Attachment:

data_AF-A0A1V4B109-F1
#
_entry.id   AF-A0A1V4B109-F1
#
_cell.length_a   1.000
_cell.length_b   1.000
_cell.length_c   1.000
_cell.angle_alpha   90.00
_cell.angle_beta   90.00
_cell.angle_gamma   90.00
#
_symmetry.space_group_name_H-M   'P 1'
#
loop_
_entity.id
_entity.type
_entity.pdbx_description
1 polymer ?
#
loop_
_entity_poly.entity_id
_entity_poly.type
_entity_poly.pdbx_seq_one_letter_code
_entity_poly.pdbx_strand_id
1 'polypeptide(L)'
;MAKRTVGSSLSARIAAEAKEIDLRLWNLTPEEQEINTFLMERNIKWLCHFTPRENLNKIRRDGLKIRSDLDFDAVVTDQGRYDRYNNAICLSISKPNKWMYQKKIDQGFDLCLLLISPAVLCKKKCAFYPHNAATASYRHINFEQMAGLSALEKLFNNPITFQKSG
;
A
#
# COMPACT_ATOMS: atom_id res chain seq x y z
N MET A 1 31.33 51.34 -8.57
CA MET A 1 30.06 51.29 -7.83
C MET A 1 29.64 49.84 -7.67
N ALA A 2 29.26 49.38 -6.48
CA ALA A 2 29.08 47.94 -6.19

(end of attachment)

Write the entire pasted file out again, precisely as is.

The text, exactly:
data_AF-A0A1V4B109-F1
#
_entry.id   AF-A0A1V4B109-F1
#
_cell.length_a   1.000
_cell.length_b   1.000
_cell.length_c   1.000
_cell.angle_alpha   90.00
_cell.angle_beta   90.00
_cell.angle_gamma   90.00
#
_symmetry.space_group_name_H-M   'P 1'
#
loop_
_entity.id
_entity.type
_entity.pdbx_description
1 polymer ?
#
loop_
_entity_poly.entity_id
_entity_poly.type
_entity_poly.pdbx_seq_one_letter_code
_entity_poly.pdbx_strand_id
1 'polypeptide(L)'
;MAKRTVGSSLSARIAAEAKEIDLRLWNLTPEEQEINTFLMERNIKWLCHFTPRENLNKIRRDGLKIRSDLDFDAVVTDQGRYDRYNNAICLSISKPNKWMYQKKIDQGFDLCLLLISPAVLCKKKCAFYPHNAATASYRHINFEQMAGLSALEKLFNNPITFQKSG
;
A
#
# COMPACT_ATOMS: atom_id res chain seq x y z
N MET A 1 31.33 51.34 -8.57
CA MET A 1 30.06 51.29 -7.83
C MET A 1 29.64 49.84 -7.67
N ALA A 2 29.26 49.38 -6.48
CA ALA A 2 29.08 47.94 -6.19